BILLY Bragg has revealed what it was like to be at Glastonbury with Boris Johnson when the Prime Minister attended the music festival in 2000.

The folk singer, who organised the festival’s Left Field tent, said he has not been in contact with Johnson since giving him a documented tour of Glastonbury 22 years ago.

He said he thought Johnson was “relatively harmless” but also warned “you have to be careful who you elevate to positions of celebrity.”

Speaking to the Glastonbury Free Press, Bragg said: “I tell people it was just a bad trip and I don’t know how it ended up on YouTube.

“I thought it was just some bad magic mushrooms but actually it must have really happened. In my defence, he was relatively harmless at the time.

“It just goes to show you have to be careful who you elevate to positions of celebrity. Then, he was that guy off Have I Got News For You.”

In the video, Bragg welcomes Johnson, who is wearing a cream suit with a blue shirt, to Castle Cary train station after he missed his stop on the train – putting it down to “being in a trance".

While driving the politician to Glastonbury, the pair discuss the correct way to say Glastonbury before asking punters on their arrival.

Bragg added: “Everybody was really pleased to see him. I can’t imagine if I walked around with him now he’d have the same reaction.”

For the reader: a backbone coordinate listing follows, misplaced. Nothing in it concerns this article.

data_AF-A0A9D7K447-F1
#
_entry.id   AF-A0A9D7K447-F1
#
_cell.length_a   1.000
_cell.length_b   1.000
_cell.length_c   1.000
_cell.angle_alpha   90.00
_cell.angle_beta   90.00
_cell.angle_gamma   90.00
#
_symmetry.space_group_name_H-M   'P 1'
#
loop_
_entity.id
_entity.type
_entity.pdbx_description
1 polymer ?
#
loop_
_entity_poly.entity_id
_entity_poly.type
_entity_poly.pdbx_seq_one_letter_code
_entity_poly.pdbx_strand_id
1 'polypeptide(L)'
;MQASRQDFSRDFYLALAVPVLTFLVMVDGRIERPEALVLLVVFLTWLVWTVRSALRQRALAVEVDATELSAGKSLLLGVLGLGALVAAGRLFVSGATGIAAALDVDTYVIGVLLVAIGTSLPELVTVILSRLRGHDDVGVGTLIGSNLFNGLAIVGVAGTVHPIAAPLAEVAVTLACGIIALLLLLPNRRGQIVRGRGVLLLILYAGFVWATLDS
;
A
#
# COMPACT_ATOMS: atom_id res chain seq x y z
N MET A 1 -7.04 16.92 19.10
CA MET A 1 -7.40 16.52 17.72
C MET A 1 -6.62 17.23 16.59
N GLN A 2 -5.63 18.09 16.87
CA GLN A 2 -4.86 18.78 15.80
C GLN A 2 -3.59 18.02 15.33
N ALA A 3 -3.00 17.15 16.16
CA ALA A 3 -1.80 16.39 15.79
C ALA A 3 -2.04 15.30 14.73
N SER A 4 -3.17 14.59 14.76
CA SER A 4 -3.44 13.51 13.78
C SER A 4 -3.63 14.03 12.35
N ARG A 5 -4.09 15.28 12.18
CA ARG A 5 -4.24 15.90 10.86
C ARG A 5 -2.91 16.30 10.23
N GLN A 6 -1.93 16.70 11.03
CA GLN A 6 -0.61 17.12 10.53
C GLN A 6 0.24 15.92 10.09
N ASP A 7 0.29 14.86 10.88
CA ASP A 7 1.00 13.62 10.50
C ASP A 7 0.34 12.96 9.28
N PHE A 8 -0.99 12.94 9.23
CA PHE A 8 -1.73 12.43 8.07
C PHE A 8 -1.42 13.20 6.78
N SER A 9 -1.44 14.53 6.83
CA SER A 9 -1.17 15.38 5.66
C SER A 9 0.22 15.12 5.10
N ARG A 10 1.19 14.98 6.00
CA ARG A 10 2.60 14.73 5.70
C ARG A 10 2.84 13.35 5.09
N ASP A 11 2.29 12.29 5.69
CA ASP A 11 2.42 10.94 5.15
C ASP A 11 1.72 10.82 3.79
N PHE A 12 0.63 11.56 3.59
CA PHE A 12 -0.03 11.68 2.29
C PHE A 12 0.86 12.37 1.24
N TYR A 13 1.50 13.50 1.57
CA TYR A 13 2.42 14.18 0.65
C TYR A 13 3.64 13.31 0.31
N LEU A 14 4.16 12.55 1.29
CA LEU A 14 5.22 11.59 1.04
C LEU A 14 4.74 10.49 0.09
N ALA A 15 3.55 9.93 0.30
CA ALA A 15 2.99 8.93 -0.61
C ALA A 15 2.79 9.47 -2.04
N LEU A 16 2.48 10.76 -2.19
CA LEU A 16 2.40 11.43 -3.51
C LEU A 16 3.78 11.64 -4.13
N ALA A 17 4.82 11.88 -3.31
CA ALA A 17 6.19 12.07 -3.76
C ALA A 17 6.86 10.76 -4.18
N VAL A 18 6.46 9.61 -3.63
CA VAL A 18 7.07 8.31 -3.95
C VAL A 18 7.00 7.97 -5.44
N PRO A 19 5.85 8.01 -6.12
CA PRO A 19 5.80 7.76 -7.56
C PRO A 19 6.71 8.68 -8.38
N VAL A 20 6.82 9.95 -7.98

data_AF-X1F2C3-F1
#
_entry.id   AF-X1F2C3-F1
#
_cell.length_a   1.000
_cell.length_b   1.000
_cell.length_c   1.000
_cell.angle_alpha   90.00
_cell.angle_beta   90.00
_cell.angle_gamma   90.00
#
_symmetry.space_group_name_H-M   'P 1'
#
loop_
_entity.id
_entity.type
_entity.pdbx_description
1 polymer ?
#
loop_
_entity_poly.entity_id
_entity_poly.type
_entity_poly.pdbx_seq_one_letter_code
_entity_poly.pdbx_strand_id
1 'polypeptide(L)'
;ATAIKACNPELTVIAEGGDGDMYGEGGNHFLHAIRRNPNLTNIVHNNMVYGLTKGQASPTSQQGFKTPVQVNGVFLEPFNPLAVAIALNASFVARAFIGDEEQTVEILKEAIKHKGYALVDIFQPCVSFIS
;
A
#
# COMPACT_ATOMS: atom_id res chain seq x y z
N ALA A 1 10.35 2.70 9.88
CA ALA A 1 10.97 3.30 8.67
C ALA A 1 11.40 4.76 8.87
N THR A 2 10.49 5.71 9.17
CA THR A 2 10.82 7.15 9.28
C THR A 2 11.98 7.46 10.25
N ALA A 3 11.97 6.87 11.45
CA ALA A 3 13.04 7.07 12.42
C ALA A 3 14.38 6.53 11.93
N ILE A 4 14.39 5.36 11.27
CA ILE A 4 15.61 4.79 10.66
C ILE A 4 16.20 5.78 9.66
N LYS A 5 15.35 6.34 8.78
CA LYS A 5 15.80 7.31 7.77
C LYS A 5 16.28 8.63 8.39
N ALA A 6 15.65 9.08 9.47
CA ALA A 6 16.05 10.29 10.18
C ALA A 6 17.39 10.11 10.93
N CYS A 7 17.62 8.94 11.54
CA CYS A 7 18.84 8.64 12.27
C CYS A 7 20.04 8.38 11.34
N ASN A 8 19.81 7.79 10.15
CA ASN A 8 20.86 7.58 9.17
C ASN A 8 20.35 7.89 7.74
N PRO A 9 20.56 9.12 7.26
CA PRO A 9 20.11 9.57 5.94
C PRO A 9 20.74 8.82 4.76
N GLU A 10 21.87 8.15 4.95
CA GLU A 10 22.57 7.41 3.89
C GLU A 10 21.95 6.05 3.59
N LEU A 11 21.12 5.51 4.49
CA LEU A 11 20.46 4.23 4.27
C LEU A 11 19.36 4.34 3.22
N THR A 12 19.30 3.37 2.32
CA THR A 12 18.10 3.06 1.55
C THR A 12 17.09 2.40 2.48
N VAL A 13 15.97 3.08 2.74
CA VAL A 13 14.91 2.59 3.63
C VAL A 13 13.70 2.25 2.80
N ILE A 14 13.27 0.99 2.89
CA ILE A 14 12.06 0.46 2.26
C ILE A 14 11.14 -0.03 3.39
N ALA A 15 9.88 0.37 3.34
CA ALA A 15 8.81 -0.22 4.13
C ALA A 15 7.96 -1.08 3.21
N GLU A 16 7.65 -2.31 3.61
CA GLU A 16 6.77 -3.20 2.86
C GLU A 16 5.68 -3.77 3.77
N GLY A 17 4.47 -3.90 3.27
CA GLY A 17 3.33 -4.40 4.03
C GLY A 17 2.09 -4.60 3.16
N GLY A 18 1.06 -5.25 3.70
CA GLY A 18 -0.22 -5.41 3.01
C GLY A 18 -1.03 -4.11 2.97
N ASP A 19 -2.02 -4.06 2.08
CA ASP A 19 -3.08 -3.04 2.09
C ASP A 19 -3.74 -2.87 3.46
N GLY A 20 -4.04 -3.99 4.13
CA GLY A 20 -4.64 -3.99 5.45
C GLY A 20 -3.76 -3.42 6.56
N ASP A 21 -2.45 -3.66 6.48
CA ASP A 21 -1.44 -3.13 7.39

In the video, Johnson is introduced to naked activists, and is heard to say: “I fully support your right to be naked.”

He also visits the famous stone circle and delves into a discussion about economics, branding the festival a “capitalist extravaganza.”

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Bragg continued: “I think he’s someone who has lived all his life without taking any responsibility for anything: professionally, personally or politically.

“Boris is someone who acts with impunity and to have someone like that running the country is downright dangerous.”

In 2016, the singer voiced his support for then-Labour Party leader Jeremy Corbyn when he manned the phones at a campaigning event in London and defended the politician when he was facing a barrage of negative attacks.

A year later, Corbyn would appear on the famous Pyramid Stage which resulted in chants of “Oh, Jeremy Corbyn” to the tune of The White Stripes’ Seven Nation Army.

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Asked whether Sir Keir Starmer would garner the same response, Bragg said: “I don’t know if Keir is a festival kind of person.

“To some people it’s absolutely anathema, the idea of wading around in a muddy field on a rainy June afternoon.”